Using a panel of immunomarkers to define homologies in mammalian brains

Watson, Charles R., Paxinos, George and Tokuno, Hironebu (2010) Using a panel of immunomarkers to define homologies in mammalian brains. Frontiers in Human Neuroscience, 4 13.1-13.5. doi:10.3389/neuro.09.013.2010

Author Watson, Charles R.
Paxinos, George
Tokuno, Hironebu
Title Using a panel of immunomarkers to define homologies in mammalian brains
Journal name Frontiers in Human Neuroscience   Check publisher's open access policy
ISSN 1662-5161
Publication date 2010
Year available 2010
Sub-type Article (original research)
DOI 10.3389/neuro.09.013.2010
Open Access Status DOI
Volume 4
Start page 13.1
End page 13.5
Total pages 5
Place of publication Lausanne, Switzerland
Publisher Frontiers Research Foundation
Collection year 2010
Language eng
Subject 2738 Psychiatry and Mental health
2808 Neurology
2803 Biological Psychiatry
2802 Behavioral Neuroscience
3206 Neuropsychology and Physiological Psychology
Abstract Brain mapping has relied on a small number of routine chemical stains for many decades. The advent of immunomarkers has had a major impact on the ability to defi ne homologous nuclei from one species to another. The fi rst atlas to present a panel of immunomarkers was that of Paxinos et al. (1999a,b) in the adult rat brain. The markers used were parvalbumin, calbindin, calretinin, SMI32, tyrosine hydroxylase, and NADPH diaphorase (plus nissl and acetylcholinesterase). The 'signature' of a nucleus of interest in a new species can be tested against the findings in the rat. Since the pattern of immunomarkers seems to be conserved in mammalian evolution, such extrapolations can be made with reasonable confidence. A marmoset brain stained with a comprehensive set of immunomarkers has recently been published on the internet (Tokuno et al., 2009) and we are in the process of defining nuclear homologies in this brain by comparison with the same markers in the rat. In this article, we present an example (mapping the amygdale in the marmoset) which demonstrates the application of this immunomarker panel in defining homologies. The technique is particularly valuable in situations where little data on hodology or electrophysiology are available.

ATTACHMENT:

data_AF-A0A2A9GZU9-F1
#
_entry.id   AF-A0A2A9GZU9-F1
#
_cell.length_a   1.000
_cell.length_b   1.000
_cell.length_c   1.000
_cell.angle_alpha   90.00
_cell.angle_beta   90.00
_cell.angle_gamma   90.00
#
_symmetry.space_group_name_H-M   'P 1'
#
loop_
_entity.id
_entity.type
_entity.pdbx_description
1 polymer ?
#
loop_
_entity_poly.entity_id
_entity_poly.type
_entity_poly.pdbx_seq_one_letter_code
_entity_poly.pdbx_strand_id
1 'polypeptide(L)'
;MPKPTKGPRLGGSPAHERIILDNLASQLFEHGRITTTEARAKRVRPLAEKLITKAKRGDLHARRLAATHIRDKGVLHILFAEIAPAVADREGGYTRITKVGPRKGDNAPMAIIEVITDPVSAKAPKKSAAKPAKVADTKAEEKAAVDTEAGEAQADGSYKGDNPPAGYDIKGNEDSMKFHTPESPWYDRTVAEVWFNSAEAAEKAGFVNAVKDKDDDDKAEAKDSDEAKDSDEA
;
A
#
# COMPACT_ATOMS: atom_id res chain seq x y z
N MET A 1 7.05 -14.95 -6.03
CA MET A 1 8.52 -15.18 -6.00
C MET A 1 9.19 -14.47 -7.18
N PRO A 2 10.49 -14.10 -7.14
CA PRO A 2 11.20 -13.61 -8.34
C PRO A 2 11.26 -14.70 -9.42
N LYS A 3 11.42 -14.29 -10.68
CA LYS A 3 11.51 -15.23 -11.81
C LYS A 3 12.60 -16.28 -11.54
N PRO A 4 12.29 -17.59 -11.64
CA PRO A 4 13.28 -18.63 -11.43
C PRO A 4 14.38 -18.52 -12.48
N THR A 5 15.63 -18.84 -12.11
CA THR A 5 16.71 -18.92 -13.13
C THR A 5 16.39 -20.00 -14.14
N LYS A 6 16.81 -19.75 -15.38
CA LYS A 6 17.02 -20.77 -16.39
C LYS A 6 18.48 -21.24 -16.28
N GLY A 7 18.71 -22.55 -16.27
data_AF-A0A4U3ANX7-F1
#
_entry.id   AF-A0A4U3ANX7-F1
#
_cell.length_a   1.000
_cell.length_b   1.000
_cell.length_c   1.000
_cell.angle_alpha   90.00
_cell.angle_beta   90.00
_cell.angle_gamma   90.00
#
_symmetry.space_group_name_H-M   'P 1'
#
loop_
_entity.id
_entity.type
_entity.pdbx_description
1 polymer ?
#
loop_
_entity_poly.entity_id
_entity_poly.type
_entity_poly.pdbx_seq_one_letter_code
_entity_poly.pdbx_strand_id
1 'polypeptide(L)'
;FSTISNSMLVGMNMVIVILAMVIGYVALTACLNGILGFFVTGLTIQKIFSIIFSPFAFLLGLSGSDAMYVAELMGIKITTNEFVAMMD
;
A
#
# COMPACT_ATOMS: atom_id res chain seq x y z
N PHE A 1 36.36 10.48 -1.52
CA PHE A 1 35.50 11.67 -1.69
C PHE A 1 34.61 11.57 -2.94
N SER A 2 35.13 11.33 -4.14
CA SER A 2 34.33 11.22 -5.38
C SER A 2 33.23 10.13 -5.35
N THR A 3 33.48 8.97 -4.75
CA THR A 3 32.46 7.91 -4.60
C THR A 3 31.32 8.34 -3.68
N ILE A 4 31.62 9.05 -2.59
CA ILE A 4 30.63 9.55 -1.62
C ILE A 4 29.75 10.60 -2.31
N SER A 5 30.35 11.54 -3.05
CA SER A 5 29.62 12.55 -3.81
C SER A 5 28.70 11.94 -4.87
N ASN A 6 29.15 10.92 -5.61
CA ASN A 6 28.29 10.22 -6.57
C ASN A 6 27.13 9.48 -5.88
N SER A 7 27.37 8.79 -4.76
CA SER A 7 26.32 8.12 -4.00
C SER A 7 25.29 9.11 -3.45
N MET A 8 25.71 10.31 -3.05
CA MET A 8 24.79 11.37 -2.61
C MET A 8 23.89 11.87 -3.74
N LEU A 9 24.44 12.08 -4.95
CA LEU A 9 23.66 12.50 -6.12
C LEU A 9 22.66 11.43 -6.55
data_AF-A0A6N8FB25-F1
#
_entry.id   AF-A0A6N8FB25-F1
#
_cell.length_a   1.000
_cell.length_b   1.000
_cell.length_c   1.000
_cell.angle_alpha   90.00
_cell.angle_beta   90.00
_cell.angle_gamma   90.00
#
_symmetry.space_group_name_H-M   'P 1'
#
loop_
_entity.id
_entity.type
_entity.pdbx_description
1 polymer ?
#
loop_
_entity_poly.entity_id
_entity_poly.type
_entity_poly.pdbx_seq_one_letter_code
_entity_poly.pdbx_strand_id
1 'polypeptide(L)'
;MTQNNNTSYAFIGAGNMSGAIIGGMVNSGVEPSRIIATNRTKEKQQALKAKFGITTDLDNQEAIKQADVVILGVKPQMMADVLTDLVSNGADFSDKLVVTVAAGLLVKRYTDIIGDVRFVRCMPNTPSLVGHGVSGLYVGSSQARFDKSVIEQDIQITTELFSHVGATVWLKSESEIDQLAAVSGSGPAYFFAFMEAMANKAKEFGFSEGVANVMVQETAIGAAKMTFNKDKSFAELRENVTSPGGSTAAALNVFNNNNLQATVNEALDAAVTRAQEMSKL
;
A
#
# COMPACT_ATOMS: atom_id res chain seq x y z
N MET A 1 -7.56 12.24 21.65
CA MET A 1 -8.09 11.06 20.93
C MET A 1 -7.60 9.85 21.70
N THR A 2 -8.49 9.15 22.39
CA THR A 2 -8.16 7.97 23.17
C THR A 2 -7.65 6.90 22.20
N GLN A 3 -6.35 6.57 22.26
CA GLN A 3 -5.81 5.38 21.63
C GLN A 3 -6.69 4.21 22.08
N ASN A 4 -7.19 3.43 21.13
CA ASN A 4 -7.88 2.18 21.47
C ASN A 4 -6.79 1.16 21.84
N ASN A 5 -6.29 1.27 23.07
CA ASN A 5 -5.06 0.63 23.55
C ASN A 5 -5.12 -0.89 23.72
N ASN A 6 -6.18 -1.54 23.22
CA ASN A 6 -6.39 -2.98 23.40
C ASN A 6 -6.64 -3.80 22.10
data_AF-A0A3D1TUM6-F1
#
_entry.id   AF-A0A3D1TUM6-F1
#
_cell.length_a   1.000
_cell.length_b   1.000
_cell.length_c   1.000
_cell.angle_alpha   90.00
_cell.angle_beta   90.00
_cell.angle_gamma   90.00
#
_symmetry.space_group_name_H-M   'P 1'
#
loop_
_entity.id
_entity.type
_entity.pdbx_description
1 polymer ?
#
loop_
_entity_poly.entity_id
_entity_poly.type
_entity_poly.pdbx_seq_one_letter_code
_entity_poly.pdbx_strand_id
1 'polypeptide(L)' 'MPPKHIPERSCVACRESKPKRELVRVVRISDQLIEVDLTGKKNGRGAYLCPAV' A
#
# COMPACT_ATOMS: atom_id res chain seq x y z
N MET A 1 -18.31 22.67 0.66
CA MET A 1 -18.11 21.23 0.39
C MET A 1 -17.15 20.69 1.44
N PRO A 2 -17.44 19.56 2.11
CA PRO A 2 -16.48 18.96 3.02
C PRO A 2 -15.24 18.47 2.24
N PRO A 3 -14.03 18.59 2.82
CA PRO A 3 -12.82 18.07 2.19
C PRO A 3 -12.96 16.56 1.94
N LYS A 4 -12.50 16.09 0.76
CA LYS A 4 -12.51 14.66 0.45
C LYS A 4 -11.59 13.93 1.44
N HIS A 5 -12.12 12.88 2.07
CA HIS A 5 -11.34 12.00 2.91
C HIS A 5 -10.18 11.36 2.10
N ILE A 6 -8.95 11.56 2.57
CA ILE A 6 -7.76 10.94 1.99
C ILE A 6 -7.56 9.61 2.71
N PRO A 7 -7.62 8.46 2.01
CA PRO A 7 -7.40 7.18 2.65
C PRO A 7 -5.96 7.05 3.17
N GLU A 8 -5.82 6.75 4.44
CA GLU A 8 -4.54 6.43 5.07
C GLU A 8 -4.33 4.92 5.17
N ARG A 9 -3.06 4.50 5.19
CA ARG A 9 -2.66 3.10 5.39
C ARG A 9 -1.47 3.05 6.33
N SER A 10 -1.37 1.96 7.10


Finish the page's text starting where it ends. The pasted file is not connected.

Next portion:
Keyword Amygdale
Brain mapping
Q-Index Code C1
Q-Index Status Provisional Code
Institutional Status Non-UQ

Document type: Journal Article
Sub-type: Article (original research)
Collection: Queensland Brain Institute Publications
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Created: Mon, 27 Oct 2014, 16:38:47 EST by Sylvie Pichelin on behalf of Queensland Brain Institute